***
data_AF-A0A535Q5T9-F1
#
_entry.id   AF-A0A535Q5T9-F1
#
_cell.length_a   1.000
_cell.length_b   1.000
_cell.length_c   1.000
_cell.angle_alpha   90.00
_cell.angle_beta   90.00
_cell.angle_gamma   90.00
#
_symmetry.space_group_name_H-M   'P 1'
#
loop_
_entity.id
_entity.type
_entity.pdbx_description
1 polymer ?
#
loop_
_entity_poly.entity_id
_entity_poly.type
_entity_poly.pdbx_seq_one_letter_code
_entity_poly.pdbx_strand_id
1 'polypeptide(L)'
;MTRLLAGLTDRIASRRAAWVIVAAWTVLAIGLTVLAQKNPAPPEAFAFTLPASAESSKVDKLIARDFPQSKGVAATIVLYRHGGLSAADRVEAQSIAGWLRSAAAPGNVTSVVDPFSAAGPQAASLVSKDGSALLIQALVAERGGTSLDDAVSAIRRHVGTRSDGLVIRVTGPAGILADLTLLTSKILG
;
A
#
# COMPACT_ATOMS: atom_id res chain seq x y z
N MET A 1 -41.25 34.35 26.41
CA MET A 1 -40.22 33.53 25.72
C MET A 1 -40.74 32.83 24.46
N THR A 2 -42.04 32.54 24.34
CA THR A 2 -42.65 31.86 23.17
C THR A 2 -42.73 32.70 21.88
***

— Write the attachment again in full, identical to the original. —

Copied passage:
data_AF-A0A535Q5T9-F1
#
_entry.id   AF-A0A535Q5T9-F1
#
_cell.length_a   1.000
_cell.length_b   1.000
_cell.length_c   1.000
_cell.angle_alpha   90.00
_cell.angle_beta   90.00
_cell.angle_gamma   90.00
#
_symmetry.space_group_name_H-M   'P 1'
#
loop_
_entity.id
_entity.type
_entity.pdbx_description
1 polymer ?
#
loop_
_entity_poly.entity_id
_entity_poly.type
_entity_poly.pdbx_seq_one_letter_code
_entity_poly.pdbx_strand_id
1 'polypeptide(L)'
;MTRLLAGLTDRIASRRAAWVIVAAWTVLAIGLTVLAQKNPAPPEAFAFTLPASAESSKVDKLIARDFPQSKGVAATIVLYRHGGLSAADRVEAQSIAGWLRSAAAPGNVTSVVDPFSAAGPQAASLVSKDGSALLIQALVAERGGTSLDDAVSAIRRHVGTRSDGLVIRVTGPAGILADLTLLTSKILG
;
A
#
# COMPACT_ATOMS: atom_id res chain seq x y z
N MET A 1 -41.25 34.35 26.41
CA MET A 1 -40.22 33.53 25.72
C MET A 1 -40.74 32.83 24.46
N THR A 2 -42.04 32.54 24.34
CA THR A 2 -42.65 31.86 23.17
C THR A 2 -42.73 32.70 21.88